Daejeon, Republic of Korea — At a busy shopping mall, shoppers walk by store windows to find attractive items to purchase. Through the windows, shoppers can see the products displayed, but may have a hard time imagining doing something beyond just looking, such as touching the displayed items or communicating with sales assistants inside the store. With TransWall, however, window shopping could become more fun and real than ever before.
Woohun Lee, a professor of Industrial Design at KAIST, and his research team have recently developed TransWall, a two-sided, touchable, and transparent display wall that greatly enhances users' interpersonal experiences.
With an incorporated surface transducer, TransWall offers audio and vibrotactile feedback to the users. As a result, people can collaborate via a shared see-through display and communicate with one another by talking or even touching one another through the wall. A holographic screen film is inserted between the sheets of plexiglass, and beam projectors installed on each side of the wall project images that are reflected.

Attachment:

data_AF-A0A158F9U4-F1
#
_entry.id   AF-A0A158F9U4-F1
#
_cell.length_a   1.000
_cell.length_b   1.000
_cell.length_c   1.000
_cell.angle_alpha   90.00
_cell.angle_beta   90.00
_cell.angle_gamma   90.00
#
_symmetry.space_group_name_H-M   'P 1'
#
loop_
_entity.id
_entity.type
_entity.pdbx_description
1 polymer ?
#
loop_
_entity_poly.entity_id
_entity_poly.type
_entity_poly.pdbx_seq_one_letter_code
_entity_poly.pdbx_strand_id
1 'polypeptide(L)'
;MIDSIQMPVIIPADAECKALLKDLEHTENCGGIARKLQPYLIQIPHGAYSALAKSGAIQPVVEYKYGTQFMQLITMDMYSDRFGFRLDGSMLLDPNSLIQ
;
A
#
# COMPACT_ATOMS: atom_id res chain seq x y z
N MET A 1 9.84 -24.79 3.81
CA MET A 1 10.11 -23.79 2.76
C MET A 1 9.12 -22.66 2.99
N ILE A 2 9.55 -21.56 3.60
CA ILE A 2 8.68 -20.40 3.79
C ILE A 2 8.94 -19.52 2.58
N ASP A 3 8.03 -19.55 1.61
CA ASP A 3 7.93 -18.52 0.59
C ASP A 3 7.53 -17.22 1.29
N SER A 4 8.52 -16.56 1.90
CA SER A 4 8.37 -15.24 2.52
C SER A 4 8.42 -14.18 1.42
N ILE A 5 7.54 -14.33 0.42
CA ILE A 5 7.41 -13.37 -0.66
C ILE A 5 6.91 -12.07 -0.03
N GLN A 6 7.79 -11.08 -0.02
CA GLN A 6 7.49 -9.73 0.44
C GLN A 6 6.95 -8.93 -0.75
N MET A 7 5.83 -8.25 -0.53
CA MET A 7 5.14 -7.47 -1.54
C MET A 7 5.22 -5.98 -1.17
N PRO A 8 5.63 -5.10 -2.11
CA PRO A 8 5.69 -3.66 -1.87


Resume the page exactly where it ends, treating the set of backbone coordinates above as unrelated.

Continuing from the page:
TransWall is touch-sensitive on both sides. Two users standing face-to-face on each side of the wall can touch the same spot at the same time without any physical interference. When this happens, TransWall provides the users with specific visual, acoustic, and vibrotactile experiences, allowing them to feel as if they are touching one another.
Lee said, "TransWall concept enables people to see, hear, or even touch others through the wall while enjoying gaming and interpersonal communication. TransWall can be installed inside buildings, such as shopping centers, museums, and theme parks, for people to have an opportunity to collaborate even with strangers in a natural way."
He further added that "TransWall will be useful in places that require physical isolation for high security and safety, germ-free rooms in hospitals, for example." TransWall will allow patients to interact with family and friends without compromising medical safety.
TransWall was exhibited at the 2014 Conference on Computer-Human Interaction (CHI) held from April 26, 2014 to May 1, 2014 in Toronto, Canada.